An important wayfinding principle is getting the user for A to B in a structured manner. But what makes a well-structured wayfinding path? Each navigational path must have a beginning, middle, and end which is clearly communicated to the user. This should be communicated in a way which guides navigators between points easily without getting lost. Creating directional paths with clearly defined characteristics improves the efficiency of your wayfinding system.
Large areas, such as hospital wards or university campuses with multiple buildings, benefit from well-structed paths. With markers strategically placed throughout the route, location awareness is heightened, letting the navigator know that they’re in the right place and heading in the right direction.
Create Regions Of Differing Visual Character
Particularly important for navigating in large areas, this wayfinding principle maps out the space into smaller segments sections. This makes the area far easier to map out. The wayfinding trick is to apply clearly defined attributes to each section, giving them their own code and identity. Colour coding is the most popular method of giving each section a unique character, commonly seeing in areas such as airports, with clear indications of where terminals, check in, security etc are. Regions can be as small or as large as is necessary, so long as each is set apart from the rest.
Splitting up the key areas of your facility makes moving between spaces easier. Regions also give cues for recovering your location by creating associations between features such as colour and graphics with specific areas. By assigning character, the location of each segment is boldly defined to the navigator as they stray into them. When designing wayfinding signage for large spaces, Lavastar look for the simplest way to divide the regions up to make navigating easier, whether this be through different colours or fonts.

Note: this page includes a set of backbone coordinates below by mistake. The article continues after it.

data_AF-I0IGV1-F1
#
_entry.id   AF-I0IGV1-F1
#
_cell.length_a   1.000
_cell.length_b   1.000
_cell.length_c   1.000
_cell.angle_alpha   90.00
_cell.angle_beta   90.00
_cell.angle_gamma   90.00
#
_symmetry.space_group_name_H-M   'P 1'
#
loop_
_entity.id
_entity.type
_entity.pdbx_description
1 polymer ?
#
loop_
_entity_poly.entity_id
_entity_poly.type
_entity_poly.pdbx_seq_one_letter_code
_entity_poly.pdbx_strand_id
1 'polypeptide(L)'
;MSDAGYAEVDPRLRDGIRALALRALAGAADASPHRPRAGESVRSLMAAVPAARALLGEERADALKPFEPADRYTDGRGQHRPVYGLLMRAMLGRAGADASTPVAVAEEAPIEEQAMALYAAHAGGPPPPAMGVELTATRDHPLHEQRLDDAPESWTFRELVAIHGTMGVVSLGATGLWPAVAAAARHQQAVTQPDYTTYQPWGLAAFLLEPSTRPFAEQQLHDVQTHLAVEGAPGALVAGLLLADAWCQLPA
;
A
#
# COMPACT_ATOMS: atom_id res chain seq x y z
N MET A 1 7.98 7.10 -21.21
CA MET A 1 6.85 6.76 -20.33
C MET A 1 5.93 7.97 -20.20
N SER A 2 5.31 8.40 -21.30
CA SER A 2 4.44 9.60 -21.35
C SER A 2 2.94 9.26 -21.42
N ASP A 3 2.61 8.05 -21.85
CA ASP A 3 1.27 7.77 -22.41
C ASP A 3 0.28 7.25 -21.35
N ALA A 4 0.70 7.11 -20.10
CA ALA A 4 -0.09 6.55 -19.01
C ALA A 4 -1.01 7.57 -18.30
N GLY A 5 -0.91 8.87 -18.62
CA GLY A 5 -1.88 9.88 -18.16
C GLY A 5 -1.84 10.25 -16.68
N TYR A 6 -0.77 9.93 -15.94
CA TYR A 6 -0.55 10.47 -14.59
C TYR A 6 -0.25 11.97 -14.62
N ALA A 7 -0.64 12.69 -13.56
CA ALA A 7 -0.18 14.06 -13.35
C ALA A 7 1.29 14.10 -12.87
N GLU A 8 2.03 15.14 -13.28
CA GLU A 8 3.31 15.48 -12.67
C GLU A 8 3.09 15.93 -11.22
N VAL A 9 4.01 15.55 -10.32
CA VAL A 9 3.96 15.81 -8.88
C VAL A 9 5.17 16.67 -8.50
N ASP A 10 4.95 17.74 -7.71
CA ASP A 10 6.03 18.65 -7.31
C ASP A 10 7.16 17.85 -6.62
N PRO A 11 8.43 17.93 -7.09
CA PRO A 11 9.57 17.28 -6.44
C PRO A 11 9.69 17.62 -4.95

Don’t Overload With Too Many Navigational Choices
This principle is all about cohesion and limiting the user’s choice. This is achieved by only offering up the most relevant information. You should define one route, or two at a push, which can be listed on signage, regardless of whether there are multiple ways to get between points or not. This prevents confusion and creates a clean, efficient navigational process.
This is of particular importance to spaces such as museums who may want their visitors to head to exhibits in a specific order. Taking the option of detours out of the equation keeps the navigators on your desired path, providing them with the intended experience of your space. It also allows for greater orientation and familiarity of their surroundings.
Similarly, it’s important to keep the displayed information as short and sharp as possible. If a wayfinding sign needs reams of text to get the point across then it’s ineffective. Get straight to the point and simply point the user in the right direction. Simplicity is everything in wayfinding.
Here at Lavastar, we create bespoke wayfinding signage which align with all core principles. To get the ball rolling on a navigational signage system for your property or project, get in touch with our wayfinding experts today. Give us a call on 020 3281 7395 or fire an e-mail over to firstname.lastname@example.org.